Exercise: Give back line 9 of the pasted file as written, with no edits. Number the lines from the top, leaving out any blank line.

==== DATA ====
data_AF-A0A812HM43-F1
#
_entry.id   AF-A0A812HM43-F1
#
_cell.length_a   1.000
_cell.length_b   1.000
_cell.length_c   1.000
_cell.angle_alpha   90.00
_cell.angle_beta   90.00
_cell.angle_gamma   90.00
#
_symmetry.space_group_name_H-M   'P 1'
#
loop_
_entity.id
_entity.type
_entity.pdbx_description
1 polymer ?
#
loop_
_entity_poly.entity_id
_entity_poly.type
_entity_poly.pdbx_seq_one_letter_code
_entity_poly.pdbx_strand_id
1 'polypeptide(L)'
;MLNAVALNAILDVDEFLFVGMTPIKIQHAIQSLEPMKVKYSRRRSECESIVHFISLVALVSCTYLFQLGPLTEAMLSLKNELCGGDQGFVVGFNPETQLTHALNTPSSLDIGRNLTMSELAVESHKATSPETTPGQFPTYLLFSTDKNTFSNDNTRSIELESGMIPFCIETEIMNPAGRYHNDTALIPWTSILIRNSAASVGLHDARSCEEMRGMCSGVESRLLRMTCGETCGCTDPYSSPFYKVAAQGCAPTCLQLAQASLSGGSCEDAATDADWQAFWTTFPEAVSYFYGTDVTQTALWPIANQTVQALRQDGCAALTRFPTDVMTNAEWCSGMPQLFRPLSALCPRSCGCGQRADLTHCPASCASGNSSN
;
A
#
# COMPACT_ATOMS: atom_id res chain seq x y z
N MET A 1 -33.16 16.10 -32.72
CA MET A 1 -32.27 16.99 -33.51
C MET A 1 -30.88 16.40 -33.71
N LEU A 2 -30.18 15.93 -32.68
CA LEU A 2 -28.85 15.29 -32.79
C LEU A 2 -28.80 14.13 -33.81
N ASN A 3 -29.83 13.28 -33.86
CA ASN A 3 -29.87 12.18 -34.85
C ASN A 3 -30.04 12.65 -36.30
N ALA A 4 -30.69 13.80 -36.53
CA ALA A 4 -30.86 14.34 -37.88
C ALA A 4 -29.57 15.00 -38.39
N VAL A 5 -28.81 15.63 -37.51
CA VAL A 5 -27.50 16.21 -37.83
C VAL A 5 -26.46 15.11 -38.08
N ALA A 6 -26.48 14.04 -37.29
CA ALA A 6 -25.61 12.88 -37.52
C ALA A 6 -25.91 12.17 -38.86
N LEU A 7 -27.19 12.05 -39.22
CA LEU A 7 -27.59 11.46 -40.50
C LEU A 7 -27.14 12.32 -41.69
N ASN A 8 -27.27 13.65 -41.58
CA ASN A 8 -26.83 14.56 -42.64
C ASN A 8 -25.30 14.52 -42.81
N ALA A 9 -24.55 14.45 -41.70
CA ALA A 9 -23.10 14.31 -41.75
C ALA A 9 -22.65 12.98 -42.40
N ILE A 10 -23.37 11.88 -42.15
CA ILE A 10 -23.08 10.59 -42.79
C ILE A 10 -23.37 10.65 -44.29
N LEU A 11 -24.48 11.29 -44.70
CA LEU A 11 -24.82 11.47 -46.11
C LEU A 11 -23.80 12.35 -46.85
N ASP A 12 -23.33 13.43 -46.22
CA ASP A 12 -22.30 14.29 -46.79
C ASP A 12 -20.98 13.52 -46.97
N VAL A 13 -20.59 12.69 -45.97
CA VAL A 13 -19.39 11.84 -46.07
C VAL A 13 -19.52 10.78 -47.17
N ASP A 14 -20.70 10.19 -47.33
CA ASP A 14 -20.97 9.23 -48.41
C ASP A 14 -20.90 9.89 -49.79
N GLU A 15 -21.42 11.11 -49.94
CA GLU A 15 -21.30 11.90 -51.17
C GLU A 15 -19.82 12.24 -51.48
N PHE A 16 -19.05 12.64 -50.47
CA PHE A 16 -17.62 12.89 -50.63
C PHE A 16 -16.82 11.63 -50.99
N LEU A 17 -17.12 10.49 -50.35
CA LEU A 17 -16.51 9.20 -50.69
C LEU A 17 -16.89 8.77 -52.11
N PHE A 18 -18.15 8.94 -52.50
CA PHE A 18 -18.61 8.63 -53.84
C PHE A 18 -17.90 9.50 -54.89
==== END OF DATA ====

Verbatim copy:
_cell.angle_beta   90.00